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Interview with Ev Haus, Head of Engineering at ZenHub

1. What’s your background and how did you choose your career path?

I was always surrounded by computer engineers growing up. My father, a software engineer, taught my older brother how to do basic programming, and my brother, in turn, taught me how to build websites with HTML and JavaScript. I’ve been building websites and doing graphic design as a hobby ever since I was 9 years old. When it came time for me to go to college, I wanted to be a bit of a rebel, so instead of pursuing computer science like the rest of the men in my family, I decided to go into arts to pursue my other passion.

After getting my degree in computer animation from Emily Carr University, I immediately jumped into a job as a 3D animator at a visual effects company. It was a dream come true at the time, but a few months in – I realized I’ve made a terrible mistake. Animation turned out to be incredibly tedious work, with very long hours and crazy deadlines. Even though I got my name into the credits of some amazing movies like Spider-Man, Harry Potter and The Chronicles of Narnia – I was exhausted, frustrated and unhappy. Luckily, the company I was working at had a technology team that was building tools and automation for the artists, and I asked if I could transfer to that team. They were surprised to see an artist attempt to write code, but decided to give me a shot.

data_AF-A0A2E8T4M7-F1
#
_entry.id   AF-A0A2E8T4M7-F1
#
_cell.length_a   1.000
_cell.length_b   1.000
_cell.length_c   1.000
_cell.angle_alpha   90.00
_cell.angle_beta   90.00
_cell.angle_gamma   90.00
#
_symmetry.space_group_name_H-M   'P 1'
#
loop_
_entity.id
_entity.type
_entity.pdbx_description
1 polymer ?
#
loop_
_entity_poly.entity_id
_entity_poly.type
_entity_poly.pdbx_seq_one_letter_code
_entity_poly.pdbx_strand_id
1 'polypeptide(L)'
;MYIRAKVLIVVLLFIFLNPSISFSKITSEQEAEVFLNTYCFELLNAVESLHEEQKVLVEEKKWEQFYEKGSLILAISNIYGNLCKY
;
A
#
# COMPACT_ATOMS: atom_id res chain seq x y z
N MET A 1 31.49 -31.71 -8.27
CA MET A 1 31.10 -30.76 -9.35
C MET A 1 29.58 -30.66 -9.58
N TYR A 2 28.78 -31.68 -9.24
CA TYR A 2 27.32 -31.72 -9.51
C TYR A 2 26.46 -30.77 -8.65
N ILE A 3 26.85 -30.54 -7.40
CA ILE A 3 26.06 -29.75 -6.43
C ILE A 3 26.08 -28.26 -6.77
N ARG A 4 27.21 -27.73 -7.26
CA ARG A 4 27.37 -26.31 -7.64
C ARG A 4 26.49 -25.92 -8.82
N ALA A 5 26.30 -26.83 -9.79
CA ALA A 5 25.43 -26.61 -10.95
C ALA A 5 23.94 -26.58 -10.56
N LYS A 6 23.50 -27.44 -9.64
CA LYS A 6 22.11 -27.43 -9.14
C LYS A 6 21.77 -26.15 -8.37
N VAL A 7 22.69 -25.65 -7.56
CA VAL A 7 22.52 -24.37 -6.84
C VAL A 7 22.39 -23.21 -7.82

Coding always came naturally to me, so I was able to make an impact on that team very quickly. In just a year or so, I ended up creating a task & asset management product there that allowed artists to collaborate together in real-time on the visual effects work they were doing. This product spawned its own division and eventually, the entire company pivoted into SaaS software, selling off the all prior visual effects assets. I continued to work on other software projects and products there for nearly 10 years, all the while, contributing to open source projects building websites for friends, and doing other contract work on the side in my spare time. In July of this year, I joined ZenHub and I’m really excited about working with the team on this amazing product.

In the end, it seems I wasn’t able to escape my family’s destiny. We all ended up in the software industry.

2. What are the biggest challenges you face?

The biggest challenge for me is probably the same challenge most other tech leaders face – it’s finding the right balance between quality, efficiency, and team satisfaction. In order to have a sustainable business, you not only need to build a high-quality product, but you need to get it to market quickly and without compromising on the quality of life for your team. Your product is only as good as the well-being of the people working on it, so for me, I spend a lot of time trying to identify all the small pain points that make my team inefficient, frustrated, or generally unhappy. When the team comes into work every morning excited to build the next great feature – everything else falls naturally into place. My challenge is to make sure every day feels like that for every single person.

3. What’s your workday like? Can you tell us about any life hacks you use to manage your time?

My day is an onslaught of meetings, emails, Slack conversations, code reviews, technical design reviews, strategy planning, roadmapping, troubleshooting technical issues, and client support. On good days, if I planned things well, I might have time to contribute to some code. That’s always a treat for me.